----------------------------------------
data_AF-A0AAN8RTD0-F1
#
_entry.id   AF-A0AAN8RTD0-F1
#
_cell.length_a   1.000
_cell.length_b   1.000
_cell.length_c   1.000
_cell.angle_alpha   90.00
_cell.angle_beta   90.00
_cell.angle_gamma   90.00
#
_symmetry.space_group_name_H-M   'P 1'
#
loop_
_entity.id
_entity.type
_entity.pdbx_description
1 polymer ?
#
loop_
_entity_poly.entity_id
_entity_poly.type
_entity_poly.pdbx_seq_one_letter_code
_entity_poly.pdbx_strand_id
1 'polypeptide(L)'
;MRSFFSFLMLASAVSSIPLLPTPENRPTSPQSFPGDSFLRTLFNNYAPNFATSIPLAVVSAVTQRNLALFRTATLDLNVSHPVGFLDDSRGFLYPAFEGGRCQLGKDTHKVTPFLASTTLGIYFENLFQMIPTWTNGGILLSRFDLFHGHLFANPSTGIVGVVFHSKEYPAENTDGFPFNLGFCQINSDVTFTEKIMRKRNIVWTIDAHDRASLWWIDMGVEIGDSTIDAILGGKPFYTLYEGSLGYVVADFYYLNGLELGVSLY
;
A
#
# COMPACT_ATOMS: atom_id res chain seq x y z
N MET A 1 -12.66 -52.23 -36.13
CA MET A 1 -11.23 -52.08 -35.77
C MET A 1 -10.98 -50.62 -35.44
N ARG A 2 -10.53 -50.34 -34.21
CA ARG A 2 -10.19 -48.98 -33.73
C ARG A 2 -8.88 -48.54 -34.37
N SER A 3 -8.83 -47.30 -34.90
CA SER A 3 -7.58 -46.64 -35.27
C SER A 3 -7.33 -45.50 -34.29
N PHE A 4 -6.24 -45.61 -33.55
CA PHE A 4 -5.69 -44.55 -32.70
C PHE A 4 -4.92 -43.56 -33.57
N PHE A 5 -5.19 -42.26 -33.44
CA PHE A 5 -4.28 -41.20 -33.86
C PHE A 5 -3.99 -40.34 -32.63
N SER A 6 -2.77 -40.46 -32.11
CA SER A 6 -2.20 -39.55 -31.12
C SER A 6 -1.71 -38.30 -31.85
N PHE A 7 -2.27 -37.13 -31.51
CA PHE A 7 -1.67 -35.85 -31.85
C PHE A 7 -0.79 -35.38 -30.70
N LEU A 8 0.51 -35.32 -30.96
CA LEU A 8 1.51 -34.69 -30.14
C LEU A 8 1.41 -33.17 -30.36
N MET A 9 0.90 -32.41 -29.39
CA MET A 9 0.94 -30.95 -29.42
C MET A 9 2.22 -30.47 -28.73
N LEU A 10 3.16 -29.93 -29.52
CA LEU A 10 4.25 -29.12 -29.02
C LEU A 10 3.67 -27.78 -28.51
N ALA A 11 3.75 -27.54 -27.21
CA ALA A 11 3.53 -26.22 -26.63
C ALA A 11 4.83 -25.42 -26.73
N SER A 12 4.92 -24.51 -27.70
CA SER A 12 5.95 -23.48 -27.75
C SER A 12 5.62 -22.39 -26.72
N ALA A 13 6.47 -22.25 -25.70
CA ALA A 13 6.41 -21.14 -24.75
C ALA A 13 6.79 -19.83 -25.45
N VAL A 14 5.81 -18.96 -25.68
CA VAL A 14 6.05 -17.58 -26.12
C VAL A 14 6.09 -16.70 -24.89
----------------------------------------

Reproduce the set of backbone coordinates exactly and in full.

data_AF-A0AAN8RTD0-F1
#
_entry.id   AF-A0AAN8RTD0-F1
#
_cell.length_a   1.000
_cell.length_b   1.000
_cell.length_c   1.000
_cell.angle_alpha   90.00
_cell.angle_beta   90.00
_cell.angle_gamma   90.00
#
_symmetry.space_group_name_H-M   'P 1'
#
loop_
_entity.id
_entity.type
_entity.pdbx_description
1 polymer ?
#
loop_
_entity_poly.entity_id
_entity_poly.type
_entity_poly.pdbx_seq_one_letter_code
_entity_poly.pdbx_strand_id
1 'polypeptide(L)'
;MRSFFSFLMLASAVSSIPLLPTPENRPTSPQSFPGDSFLRTLFNNYAPNFATSIPLAVVSAVTQRNLALFRTATLDLNVSHPVGFLDDSRGFLYPAFEGGRCQLGKDTHKVTPFLASTTLGIYFENLFQMIPTWTNGGILLSRFDLFHGHLFANPSTGIVGVVFHSKEYPAENTDGFPFNLGFCQINSDVTFTEKIMRKRNIVWTIDAHDRASLWWIDMGVEIGDSTIDAILGGKPFYTLYEGSLGYVVADFYYLNGLELGVSLY
;
A
#
# COMPACT_ATOMS: atom_id res chain seq x y z
N MET A 1 -12.66 -52.23 -36.13
CA MET A 1 -11.23 -52.08 -35.77
C MET A 1 -10.98 -50.62 -35.44
N ARG A 2 -10.53 -50.34 -34.21
CA ARG A 2 -10.19 -48.98 -33.73
C ARG A 2 -8.88 -48.54 -34.37
N SER A 3 -8.83 -47.30 -34.90
CA SER A 3 -7.58 -46.64 -35.27
C SER A 3 -7.33 -45.50 -34.29
N PHE A 4 -6.24 -45.61 -33.55
CA PHE A 4 -5.69 -44.55 -32.70
C PHE A 4 -4.92 -43.56 -33.57
N PHE A 5 -5.19 -42.26 -33.44
CA PHE A 5 -4.28 -41.20 -33.86
C PHE A 5 -3.99 -40.34 -32.63
N SER A 6 -2.77 -40.46 -32.11
CA SER A 6 -2.20 -39.55 -31.12
C SER A 6 -1.71 -38.30 -31.85
N PHE A 7 -2.27 -37.13 -31.51
CA PHE A 7 -1.67 -35.85 -31.85
C PHE A 7 -0.79 -35.38 -30.70
N LEU A 8 0.51 -35.32 -30.96
CA LEU A 8 1.51 -34.69 -30.14
C LEU A 8 1.41 -33.17 -30.36
N MET A 9 0.90 -32.41 -29.39
CA MET A 9 0.94 -30.95 -29.42
C MET A 9 2.22 -30.47 -28.73
N LEU A 10 3.16 -29.93 -29.52
CA LEU A 10 4.25 -29.12 -29.02
C LEU A 10 3.67 -27.78 -28.51
N ALA A 11 3.75 -27.54 -27.21
CA ALA A 11 3.53 -26.22 -26.63
C ALA A 11 4.83 -25.42 -26.73
N SER A 12 4.92 -24.51 -27.70
CA SER A 12 5.95 -23.48 -27.75
C SER A 12 5.62 -22.39 -26.72
N ALA A 13 6.47 -22.25 -25.70
CA ALA A 13 6.41 -21.14 -24.75
C ALA A 13 6.79 -19.83 -25.45
N VAL A 14 5.81 -18.96 -25.68
CA VAL A 14 6.05 -17.58 -26.12
C VAL A 14 6.09 -16.70 -24.89